Oscar Berg of The Content Economy, tweeted 10 insightful questions for knowledge workers this morning. (Try this link to see directly in twitter.) These 10 questions should be asked by anyone doing knowledge work or anyone helping knowledge workers do their work better. Even though, these are questions we ask (or should ask) ourselves everyday, knowledge workers don’t necessarily have the tools to efficiently find the answers.
Case in point–Knowledge worker question #8: How do I keep, access and re-find information that I find potentially valuable? Most people I know keep their important documents and information in their outlook folders and are proud of the fact that they have over a Gig of emails in the pst files. Some of these people actually find the information they need, but they waste half their days doing so. Finding solutions to this problem on a organizational level saves hours upon hours of time and terrabytes of data.
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Posted in Uncategorized on July 10, 2009|
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I just saw that Robert Scoble (Scobleizer) has warded off Twitter. Apparently, Twitter is just too one minute ago. In Scoble’s eyes, Twitter and Friendfeed are not effective agents for creating long term knowledge.
One thing is that knowledge is suffering [in Twitter]. See, [in the blogosphere], it is easy to find old blogs. Just go to Google and search. What would you like me to find? Chinese Earthquake? Google has it.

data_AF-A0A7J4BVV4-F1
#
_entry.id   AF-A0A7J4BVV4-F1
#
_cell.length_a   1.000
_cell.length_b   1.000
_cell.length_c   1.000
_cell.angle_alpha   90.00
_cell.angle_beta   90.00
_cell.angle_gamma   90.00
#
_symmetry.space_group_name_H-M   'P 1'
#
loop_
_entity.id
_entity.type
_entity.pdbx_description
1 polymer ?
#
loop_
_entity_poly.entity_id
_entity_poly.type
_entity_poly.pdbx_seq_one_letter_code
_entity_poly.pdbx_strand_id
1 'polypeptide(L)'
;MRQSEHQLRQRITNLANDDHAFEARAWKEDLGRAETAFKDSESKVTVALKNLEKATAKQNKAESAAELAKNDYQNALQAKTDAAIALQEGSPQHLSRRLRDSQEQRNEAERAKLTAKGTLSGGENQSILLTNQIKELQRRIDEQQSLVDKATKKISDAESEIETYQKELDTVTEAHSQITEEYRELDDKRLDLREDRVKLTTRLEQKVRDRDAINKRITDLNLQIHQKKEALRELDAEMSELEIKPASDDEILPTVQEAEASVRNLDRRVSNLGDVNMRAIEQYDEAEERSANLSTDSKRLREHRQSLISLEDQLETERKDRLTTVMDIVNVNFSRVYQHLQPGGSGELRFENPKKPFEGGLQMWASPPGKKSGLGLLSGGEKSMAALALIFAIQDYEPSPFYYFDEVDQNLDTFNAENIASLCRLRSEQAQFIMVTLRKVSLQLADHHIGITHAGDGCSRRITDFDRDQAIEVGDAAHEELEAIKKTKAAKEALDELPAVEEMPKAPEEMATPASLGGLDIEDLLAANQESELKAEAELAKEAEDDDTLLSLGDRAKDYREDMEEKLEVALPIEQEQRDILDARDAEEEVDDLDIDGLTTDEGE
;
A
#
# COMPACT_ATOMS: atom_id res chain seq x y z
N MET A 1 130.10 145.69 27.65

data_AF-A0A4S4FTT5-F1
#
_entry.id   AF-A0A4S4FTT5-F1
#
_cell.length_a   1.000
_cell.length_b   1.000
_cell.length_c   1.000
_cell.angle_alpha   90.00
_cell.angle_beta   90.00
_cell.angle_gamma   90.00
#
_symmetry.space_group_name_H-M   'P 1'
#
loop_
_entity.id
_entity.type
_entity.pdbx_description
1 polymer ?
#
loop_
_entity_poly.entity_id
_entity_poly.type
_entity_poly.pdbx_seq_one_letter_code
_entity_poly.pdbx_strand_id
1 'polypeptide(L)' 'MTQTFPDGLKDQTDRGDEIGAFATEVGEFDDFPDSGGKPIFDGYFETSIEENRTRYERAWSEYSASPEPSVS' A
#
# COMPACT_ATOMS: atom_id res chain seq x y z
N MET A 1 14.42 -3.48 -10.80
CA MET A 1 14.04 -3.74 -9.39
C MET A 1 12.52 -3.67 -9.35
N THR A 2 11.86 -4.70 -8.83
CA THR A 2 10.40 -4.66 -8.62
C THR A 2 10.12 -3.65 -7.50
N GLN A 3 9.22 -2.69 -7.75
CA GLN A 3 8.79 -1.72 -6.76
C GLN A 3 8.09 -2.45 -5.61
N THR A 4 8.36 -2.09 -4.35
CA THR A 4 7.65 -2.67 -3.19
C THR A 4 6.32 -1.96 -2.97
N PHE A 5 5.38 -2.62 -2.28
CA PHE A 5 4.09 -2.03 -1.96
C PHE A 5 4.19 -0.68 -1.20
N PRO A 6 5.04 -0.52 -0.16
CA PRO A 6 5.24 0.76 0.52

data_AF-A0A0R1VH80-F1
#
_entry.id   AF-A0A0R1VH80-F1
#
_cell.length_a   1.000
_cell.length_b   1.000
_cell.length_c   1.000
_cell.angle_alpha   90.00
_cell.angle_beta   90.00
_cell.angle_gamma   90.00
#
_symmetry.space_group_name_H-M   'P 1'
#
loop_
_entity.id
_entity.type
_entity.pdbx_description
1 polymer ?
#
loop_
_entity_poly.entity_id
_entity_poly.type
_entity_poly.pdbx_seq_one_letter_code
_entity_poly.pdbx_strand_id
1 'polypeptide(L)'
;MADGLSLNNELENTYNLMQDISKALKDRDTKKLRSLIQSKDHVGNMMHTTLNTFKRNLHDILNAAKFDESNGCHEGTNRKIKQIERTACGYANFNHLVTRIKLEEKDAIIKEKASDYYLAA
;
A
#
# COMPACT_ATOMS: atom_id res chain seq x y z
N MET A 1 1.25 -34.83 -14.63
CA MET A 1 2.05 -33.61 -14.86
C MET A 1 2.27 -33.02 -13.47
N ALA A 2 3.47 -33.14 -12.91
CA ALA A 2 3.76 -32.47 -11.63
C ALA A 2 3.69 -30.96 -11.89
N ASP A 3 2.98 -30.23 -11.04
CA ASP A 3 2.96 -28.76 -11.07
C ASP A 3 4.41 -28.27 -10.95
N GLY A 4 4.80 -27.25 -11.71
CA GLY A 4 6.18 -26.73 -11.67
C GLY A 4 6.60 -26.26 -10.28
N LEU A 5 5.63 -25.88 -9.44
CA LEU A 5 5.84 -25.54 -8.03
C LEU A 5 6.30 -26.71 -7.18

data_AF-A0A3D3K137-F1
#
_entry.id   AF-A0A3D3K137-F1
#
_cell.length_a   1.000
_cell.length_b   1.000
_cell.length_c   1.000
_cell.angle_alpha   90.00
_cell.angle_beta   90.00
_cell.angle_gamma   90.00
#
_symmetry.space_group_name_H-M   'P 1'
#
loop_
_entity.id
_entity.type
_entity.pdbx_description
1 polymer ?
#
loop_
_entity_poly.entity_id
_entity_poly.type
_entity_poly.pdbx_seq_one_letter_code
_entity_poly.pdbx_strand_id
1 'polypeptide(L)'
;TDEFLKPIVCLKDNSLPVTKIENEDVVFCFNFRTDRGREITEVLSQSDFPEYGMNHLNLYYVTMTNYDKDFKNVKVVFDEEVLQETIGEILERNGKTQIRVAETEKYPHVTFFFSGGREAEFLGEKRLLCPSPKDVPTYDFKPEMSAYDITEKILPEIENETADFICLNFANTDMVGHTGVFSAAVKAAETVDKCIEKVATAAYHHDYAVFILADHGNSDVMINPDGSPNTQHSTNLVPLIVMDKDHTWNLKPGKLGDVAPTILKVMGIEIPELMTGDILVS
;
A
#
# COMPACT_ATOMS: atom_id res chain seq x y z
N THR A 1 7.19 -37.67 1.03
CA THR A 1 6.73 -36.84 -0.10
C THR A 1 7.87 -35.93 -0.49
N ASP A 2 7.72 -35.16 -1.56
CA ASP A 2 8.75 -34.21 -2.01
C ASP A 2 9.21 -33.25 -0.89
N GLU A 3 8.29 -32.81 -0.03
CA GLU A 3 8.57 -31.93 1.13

Now, quick, find the first 20 tweets or FriendFeed items about the Chinese Earthquake. It’s impossible. I’m an advanced searcher and I can’t find them, even using the cool Twitter Search engine.
This is a compelling arguement against using Twitter to share everything that’s on one’s mind–especially if you want your tweets to be found sometime in the future. I’m not going to argue with Scoble about this. In my estimation, he’s right, but that doesn’t mean I’m warding off Twitter too.
My interest lies mostly in the use of Twitter, Yammer, SocialText, etc as communication tool within an organizational setting. In the organization, being able to search for information is important, but Twitter’s strength is in being able to communicate ideas NOW. Yes, Twitter may present problems with Search, but it is highly effective in other ways.
- Twitter Answers Questions. Post a question, get an answer–and an answer–and yet another answer. Allowing an open forum for answering questions provides a way for employees to get the information they need quickly.
- Twitter Creates networks. Everyone wants to be a part of a group and Twitter connects people. Strengthening your company networks is key to efficient communication and innovation.
- Twitter Provides an Avenue for Sharing. Read a useful book, blog, or magazine article? Tell your peers. Maybe they can use the information to make their own department/business unit/company even better.
- Twitter lets Executives Jump into the Corporate Culture. Executives can’t talk to everyone, but they CAN dip into the Twitter stream to see what’s working and what’s not for employees.
I’m sure there are other benefits for using microbloging in the enterprise, but these are just a few. Any others???
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